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Microbe/Mineral Affinities

This is a paper from the Geomicrobiology lab at the Jackson School of Geosciences at the University of Texas at Austin. It was recently published in a special issue of Geomicrobiology Journal focused on geomicrobiology of subsurface microorganisms in cave environments.

In this study we attempt to expose a fundamental relationship between the attached microbial community and mineral composition for subsurface microbial ecosystems. We find evidence of competing mineral-chemistry and microbiological influences on microbial colonization and diversity, and that specific microorganisms are better adapted to take advantage of specific minerals/rocks. This is a fundamentally interdisciplinary examination of the subsurface microbe-mineral interaction that combines elements of geology, chemistry, and microbiology, employing novel methods to evaluate the differences in rock-hosted community using approaches previously reserved for purely biological studies (e.g. Figure 4).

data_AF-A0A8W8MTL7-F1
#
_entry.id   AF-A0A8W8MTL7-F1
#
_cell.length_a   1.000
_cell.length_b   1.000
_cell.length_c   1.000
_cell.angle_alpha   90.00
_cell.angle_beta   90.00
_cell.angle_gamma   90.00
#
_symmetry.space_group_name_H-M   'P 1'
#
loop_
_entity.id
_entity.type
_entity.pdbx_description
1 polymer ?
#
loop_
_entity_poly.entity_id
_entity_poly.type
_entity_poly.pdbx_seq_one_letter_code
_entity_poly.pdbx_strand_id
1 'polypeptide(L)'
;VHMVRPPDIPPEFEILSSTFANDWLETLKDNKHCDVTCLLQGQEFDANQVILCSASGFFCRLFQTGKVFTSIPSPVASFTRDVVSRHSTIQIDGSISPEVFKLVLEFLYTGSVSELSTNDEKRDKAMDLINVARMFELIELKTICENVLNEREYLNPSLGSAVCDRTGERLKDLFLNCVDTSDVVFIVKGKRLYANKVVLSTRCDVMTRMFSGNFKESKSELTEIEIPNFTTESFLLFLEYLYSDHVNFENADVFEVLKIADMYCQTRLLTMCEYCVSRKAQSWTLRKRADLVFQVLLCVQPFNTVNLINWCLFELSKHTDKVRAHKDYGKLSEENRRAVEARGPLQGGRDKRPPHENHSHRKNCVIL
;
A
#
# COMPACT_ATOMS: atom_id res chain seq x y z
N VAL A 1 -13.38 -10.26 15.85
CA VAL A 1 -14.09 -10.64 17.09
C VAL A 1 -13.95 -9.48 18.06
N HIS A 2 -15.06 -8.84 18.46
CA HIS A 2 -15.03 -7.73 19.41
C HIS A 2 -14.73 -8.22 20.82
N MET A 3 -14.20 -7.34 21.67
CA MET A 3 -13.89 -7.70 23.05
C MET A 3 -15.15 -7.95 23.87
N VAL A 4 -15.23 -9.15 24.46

This study looks at the intersection of biology and geology, and how geology influences microbial colonization, growth, diversification, and survival in the subsurface. It is an investigation of one aspect of the origin and early evolution of life through geologic time, and offers insight into the geochemical consequences of the microbe-mineral relationship: mineral dissolution and diagenesis, cave formation, carbon cycling, and metal mobility. The implications of this study are broadly applicable to the development and adaptive nature of life itself, which even the non-scientist may contemplate.

Jones, Aaron A., and Philip C. Bennett. "Mineral Microniches Control the Diversity of Subsurface Microbial Populations." Geomicrobiology Journal 31.3 (2014): 246-261.


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